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Joel Hanrahan will travel to see Dr. Keith Meister on Tuesday

With no progress made after nearly two years, Joel Hanrahan will travel to Texas for some answers on Tuesday.

Reinhold Matay-USA TODAY Sports

LAKELAND, Fla. — Right-handed pitcher Joel Hanrahan hasn't thrown a baseball since February 21. It's been nearly two years since undergoing Tommy John surgery on May 16, 2013. After his latest setback, Tuesday Hanrahan will travel to Texas to see elbow specialist Dr. Keith Meister for some answers.

The Tigers initially signed Hanrahan to a one-year deal in 2014, before re-signing him to a low-cost deal for the 2015 season with the knowledge that he had little chance to pitch in live games. There aren't really any real-game implications at the moment, but the on-again off-again is dragging out longer than it should.

"I'm past the frustration part," Hanrahan said. "It's been long enough. You guys all know that. I'm just looking for answers. Obviously it's been a long time and it's not working out the right way so just try to get some answers."

Both Hanrahan and the Tigers need to know why no progress has been made after nearly two years. The visit is essentially an evaluation so the team can better-formulate an idea and maybe figure out what to do. Frustration has come and gone at this point and it's time for something more.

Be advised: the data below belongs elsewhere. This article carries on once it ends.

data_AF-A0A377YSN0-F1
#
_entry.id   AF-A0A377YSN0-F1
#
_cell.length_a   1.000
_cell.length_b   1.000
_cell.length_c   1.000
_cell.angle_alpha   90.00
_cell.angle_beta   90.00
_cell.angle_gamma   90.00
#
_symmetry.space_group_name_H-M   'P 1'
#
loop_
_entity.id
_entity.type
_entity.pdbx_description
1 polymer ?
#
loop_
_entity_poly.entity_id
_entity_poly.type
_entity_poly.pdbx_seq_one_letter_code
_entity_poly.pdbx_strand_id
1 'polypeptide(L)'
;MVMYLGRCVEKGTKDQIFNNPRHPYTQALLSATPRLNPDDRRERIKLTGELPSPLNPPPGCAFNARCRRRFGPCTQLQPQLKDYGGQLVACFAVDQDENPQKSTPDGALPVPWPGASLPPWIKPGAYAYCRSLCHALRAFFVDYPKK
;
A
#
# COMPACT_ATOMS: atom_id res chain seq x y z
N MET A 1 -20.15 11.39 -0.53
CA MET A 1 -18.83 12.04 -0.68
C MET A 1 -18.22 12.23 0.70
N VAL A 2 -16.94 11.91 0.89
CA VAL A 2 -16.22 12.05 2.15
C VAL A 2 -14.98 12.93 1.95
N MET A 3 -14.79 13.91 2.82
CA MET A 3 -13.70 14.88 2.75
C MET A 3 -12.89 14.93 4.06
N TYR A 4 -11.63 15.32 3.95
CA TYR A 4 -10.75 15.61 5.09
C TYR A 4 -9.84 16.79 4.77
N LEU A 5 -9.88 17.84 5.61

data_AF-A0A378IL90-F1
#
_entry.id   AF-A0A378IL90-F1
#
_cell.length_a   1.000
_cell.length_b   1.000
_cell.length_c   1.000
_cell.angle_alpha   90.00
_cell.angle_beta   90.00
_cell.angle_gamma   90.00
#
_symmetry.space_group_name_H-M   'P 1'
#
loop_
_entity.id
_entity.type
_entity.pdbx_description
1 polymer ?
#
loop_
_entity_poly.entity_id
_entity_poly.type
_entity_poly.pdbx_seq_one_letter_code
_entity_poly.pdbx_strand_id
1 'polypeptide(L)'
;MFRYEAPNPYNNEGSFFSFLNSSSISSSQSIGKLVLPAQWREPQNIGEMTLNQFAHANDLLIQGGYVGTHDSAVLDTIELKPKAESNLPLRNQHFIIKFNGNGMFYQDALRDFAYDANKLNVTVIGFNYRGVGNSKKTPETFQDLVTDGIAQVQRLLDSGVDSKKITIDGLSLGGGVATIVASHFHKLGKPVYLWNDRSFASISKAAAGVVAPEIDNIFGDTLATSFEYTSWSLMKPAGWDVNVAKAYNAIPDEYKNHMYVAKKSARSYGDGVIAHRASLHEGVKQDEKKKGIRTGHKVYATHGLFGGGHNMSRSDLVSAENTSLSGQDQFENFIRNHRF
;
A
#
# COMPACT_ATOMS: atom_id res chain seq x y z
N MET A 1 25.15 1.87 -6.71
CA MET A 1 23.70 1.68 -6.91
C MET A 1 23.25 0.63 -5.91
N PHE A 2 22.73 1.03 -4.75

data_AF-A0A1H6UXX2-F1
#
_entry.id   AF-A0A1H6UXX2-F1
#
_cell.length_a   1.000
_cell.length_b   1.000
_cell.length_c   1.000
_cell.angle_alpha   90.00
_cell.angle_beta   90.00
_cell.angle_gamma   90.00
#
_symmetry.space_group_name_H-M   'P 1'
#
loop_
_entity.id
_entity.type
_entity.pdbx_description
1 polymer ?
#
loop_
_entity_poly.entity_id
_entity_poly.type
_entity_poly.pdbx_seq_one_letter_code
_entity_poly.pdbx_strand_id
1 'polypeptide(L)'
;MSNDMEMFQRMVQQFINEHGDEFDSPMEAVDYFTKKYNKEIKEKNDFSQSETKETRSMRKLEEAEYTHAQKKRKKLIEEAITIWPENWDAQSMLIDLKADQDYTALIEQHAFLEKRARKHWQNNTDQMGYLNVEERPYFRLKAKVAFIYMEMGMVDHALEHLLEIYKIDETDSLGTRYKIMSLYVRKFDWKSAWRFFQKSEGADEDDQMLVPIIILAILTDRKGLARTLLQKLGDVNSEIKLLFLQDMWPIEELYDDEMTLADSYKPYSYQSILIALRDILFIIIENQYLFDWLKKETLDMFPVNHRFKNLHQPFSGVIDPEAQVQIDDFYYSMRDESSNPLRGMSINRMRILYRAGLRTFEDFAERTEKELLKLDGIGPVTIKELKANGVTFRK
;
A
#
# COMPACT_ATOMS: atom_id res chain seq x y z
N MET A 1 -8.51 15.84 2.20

"It's like a roller coaster," Hanrahan said. "Some days it's better, some days it gets worse. Some days it feels better. It's just one of them things that with that kind of roller coaster, it's not going to be beneficial to anybody to go out there and try to pitch."

The roller coaster isn't a runaway beast, but it's certainly not under control either and his recovery is far from on track. Hanrahan doesn't know what's wrong, it doesn't make sense, and he can't even pinpoint one particular thing that's ailing him. So if he has to go to Dallas, which is where Dr. Meister is, then that's where he's going.

Asked to describe the feeling, what the pain/discomfort/ache is like, Hanrahan didn't have a definitive answer. And that's part of the problem.

"That's a good question," he said. "If it felt the same every day, I could give you some more answers. Some days it basically feels like my bones are rubbing up against each other, some days it feels like somebody's pinching me in my bicep. So it's a little bit of everything."